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CONTACT: Kathleen Fay, Executive Director
617-661-1812 |

MEDIA ALERT: Legendary vocal ensemble The Tallis Scholars returns for their 23rd annual appearance with the Boston Early Music Festival on March 31, 2012.


The Tallis Scholars (United Kingdom)
Peter Phillips, director


Saturday, March 31, 2012 at 8pm
St. Paul Church, Bow & Arrow Streets
Harvard Square, Cambridge, MA


The Field of the Cloth of Gold: Music of Jean Mouton and William Cornysh

Jean Mouton: Nesciens mater
William Cornysh: Ave Maria
Mouton: Ave Maria
Mouton: Quaeramus cum pastoribus
Browne: Salve regina
Mouton: “Kyrie” and “Agnus dei” from the Missa Dictes moy toutes vos pensées
Mouton: Salva nos
Cornysh: Ah Robin
Cornysh: Woefully arrayed
Cornysh: Magnificat

TICKETS: Tickets priced at $19, $38, $49, and $66 each and can be purchased at WWW.BEMF.ORG and 617-661-1812; a $5 discount for students, seniors, and groups is offered by calling 617-661-1812.

Beloved vocal ensemble The Tallis Scholars with director Peter Phillips make their 23rd annual appearance with the Boston Early Music Festival. Pioneers in the performance of the glorious vocal music of the Renaissance, these singers continue to collect accolades for transcendent performances that are as intricately precise as they are expressively soulful. Their program is inspired by one of the most spectacular political summits of all time. In June, 1520, in the fields near Calais, Henry VIII of England and François I of France met to seal a treaty of friendship between their two warring countries. No expense was spared in crafting opulent events where each country eager to out-do the other, from wrestling, to feasts, and to the music.

Two of the period’s most exception composers, France’s Jean Mouton and England’s William Cornysh, led their respective monarch’s Chapels Royal, the carefully selected group of singers tasked with performing sacred music for the royal families. Each would have crafted special musical presentations showcasing the best their country had to offer. While the exact music performed has not been passed on to history, Peter Phillips has taken the splendor of this unique occasion as inspiration for selecting some of the greatest masterpieces from this period to honor this regal cultural exchange.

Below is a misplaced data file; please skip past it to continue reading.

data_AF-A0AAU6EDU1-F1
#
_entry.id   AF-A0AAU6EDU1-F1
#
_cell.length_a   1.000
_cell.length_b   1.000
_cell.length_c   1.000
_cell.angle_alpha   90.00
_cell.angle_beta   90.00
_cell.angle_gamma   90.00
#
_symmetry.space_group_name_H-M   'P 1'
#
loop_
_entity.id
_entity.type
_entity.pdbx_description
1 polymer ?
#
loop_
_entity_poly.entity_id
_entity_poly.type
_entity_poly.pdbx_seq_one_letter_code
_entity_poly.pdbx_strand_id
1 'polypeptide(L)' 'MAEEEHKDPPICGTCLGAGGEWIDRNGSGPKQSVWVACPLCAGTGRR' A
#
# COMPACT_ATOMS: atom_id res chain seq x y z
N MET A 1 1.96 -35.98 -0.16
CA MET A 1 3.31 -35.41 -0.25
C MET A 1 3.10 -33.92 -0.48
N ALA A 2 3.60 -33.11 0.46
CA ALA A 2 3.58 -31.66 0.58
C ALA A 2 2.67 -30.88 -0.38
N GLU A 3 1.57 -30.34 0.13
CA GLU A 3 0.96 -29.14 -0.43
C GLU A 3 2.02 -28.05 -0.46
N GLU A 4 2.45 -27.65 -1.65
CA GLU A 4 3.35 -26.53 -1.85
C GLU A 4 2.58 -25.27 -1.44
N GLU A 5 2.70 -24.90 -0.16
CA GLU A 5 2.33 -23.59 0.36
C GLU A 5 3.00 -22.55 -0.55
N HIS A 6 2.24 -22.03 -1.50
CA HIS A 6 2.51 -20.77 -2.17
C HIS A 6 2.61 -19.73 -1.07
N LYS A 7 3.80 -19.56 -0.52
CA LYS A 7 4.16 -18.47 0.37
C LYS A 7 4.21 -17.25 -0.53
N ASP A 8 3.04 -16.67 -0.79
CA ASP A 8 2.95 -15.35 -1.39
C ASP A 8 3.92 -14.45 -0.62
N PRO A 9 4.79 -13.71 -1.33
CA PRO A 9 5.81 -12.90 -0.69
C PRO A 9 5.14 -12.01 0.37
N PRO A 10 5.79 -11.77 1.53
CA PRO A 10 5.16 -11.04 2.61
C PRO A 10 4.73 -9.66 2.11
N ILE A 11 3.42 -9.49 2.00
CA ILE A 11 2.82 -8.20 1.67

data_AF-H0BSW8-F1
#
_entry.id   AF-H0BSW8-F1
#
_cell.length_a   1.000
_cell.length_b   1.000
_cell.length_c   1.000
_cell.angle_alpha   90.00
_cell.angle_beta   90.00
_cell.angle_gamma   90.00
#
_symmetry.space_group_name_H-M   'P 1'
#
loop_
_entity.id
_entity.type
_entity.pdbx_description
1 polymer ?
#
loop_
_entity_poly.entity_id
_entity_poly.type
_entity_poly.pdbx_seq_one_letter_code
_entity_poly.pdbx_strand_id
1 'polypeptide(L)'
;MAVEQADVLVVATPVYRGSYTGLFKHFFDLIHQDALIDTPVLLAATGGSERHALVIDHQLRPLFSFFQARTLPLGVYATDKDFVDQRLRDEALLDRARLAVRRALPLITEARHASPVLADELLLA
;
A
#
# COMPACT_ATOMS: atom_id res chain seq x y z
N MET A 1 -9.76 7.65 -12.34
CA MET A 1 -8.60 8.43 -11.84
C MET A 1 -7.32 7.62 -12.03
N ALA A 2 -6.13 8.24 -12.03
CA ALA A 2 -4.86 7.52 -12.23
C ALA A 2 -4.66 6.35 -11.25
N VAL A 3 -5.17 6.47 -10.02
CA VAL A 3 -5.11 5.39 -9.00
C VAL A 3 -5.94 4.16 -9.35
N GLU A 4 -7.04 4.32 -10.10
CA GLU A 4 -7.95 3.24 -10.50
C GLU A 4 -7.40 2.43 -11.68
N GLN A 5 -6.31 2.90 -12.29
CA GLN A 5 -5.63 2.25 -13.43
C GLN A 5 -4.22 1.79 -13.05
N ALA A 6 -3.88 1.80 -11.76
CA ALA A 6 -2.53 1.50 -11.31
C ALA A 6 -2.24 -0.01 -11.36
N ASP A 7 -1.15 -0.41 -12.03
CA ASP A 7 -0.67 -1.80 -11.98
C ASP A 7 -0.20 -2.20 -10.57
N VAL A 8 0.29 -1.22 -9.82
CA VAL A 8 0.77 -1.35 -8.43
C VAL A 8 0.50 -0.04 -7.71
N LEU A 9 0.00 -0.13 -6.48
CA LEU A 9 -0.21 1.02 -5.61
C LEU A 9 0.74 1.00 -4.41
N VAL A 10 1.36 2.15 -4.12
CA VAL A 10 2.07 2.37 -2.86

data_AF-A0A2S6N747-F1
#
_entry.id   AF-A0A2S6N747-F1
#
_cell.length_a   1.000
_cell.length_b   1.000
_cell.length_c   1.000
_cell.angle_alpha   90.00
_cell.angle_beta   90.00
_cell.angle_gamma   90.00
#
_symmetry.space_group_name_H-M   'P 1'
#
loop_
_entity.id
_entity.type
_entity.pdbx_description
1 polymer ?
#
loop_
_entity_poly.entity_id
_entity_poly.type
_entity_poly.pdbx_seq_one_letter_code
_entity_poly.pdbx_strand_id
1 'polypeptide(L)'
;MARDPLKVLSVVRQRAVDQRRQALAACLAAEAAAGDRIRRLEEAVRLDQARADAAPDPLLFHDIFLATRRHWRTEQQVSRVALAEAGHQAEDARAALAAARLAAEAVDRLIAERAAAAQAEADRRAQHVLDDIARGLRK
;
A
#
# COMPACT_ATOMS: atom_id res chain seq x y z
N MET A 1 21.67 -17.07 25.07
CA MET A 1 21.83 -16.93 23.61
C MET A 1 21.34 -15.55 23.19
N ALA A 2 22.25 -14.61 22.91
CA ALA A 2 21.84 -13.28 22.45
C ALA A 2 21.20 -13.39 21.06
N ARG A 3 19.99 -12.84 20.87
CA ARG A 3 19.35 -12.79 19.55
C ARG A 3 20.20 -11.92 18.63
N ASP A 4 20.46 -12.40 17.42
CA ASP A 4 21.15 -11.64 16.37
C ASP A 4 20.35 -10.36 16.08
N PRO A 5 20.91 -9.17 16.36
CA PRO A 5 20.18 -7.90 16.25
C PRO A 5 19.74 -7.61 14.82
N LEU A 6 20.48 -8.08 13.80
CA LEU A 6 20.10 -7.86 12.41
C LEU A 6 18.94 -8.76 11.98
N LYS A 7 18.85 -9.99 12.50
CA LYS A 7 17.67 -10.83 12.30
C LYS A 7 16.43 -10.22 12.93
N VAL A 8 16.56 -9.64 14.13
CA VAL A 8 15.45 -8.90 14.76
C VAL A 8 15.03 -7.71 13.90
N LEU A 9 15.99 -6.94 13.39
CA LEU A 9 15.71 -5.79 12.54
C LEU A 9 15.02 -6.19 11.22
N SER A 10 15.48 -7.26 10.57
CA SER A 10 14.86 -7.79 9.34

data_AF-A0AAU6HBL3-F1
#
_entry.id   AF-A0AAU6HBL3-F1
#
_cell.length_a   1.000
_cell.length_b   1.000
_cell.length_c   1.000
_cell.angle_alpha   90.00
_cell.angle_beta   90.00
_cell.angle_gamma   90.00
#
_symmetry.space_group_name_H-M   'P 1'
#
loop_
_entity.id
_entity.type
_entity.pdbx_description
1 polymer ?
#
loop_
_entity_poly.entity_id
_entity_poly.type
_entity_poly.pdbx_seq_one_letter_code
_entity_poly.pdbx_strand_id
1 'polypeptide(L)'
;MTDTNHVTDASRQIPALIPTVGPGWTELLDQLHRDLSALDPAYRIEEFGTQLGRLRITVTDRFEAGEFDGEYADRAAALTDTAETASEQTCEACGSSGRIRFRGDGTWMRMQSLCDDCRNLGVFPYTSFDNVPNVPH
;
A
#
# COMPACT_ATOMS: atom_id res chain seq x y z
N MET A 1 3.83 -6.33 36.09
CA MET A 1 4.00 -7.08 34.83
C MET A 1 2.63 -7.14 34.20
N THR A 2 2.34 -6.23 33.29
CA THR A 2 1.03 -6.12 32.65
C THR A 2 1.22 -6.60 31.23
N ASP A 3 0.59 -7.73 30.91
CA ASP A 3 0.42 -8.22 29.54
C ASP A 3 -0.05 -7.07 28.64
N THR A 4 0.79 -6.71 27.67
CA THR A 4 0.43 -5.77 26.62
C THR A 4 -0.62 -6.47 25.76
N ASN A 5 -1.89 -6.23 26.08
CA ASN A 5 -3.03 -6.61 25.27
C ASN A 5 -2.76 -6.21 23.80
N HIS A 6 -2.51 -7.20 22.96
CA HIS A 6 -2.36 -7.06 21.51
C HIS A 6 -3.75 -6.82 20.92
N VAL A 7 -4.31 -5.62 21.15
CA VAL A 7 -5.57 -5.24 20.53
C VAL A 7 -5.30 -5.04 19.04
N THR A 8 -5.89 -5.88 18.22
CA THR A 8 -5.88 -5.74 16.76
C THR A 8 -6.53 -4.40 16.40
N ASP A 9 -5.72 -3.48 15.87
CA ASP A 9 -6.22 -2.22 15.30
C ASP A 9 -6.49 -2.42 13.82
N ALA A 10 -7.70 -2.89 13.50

The Tallis Scholars were founded in 1973 by their director, Peter Phillips. Through their recordings and concert performances, they have established themselves as the leading exponents of Renaissance sacred music throughout the world. Peter Phillips has worked with the ensemble to create, through excellent tuning and blend, the purity and clarity of sound which he feels best serve the Renaissance repertoire, allowing every detail of the musical lines to be heard. It is the resulting beauty of sound for which The Tallis Scholars have become so widely renowned. The Tallis Scholars perform in both sacred and secular venues, giving around 70 concerts each year across the globe. Recordings by The Tallis Scholars have attracted many awards throughout the world including a Gramophone award, the Diapason d'Or de l'Année, and a Grammy nomination.

Peter Phillips has made an impressive if unusual reputation for himself in dedicating his life’s work to the research and performance of Renaissance polyphony. He founded The Tallis Scholars in 1973, with whom he has now appeared in over 1600 concerts and made over 50 discs, encouraging interest in polyphony all over the world. Apart from The Tallis Scholars, Peter Phillips continues to work with other specialist ensembles including Collegium Vocale of Ghent, the VoxVocal Ensemble of New York, and Musix of Budapest. He has made numerous television and radio appearances, on BBC Radio 4 and the World Service as well as on German, French, Canadian and North American radio. Peter also works extensively with the BBC Singers with whom he gave a Promenade concert, in collaboration with The Tallis Scholars, from the Royal Albert Hall in July 2007, which was broadcast live and attended by over five thousand people.

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Recognized as the preeminent early music presenter and Baroque opera producer in North America, the Boston Early Music Festival has been credited with securing Boston’s reputation as “America’s early music capital” (The Boston Globe). Founded in 1981, the Boston Early Music Festival offers diverse programs and activities, including three Grammy-nominated opera recordings, an annual concert series that brings early music’s brightest stars to the Boston and New York concert stages, and a biennial week-long Festival and Exhibition recognized as the “world’s leading festival of early music” (The Times, London). The 17th Boston Early Music Festival is planned for June 9–16, 2013.

The 2011–2012 Boston Early Music Festival Concert Series is presented with support from the Massachusetts Cultural Council, National Endowment for the Arts, ConstellationCenter, 99.5 All Classical, Harpsichord Clearing House, Zuckermann Harpsichords International, The Gregory E. Bulger Foundation, U. S. Trust/Bank of America Private Wealth Management, and GTC Law Group.

For more information, images, press tickets, or to schedule an interview, please contact Kathleen Fay at 617-661-1812 or email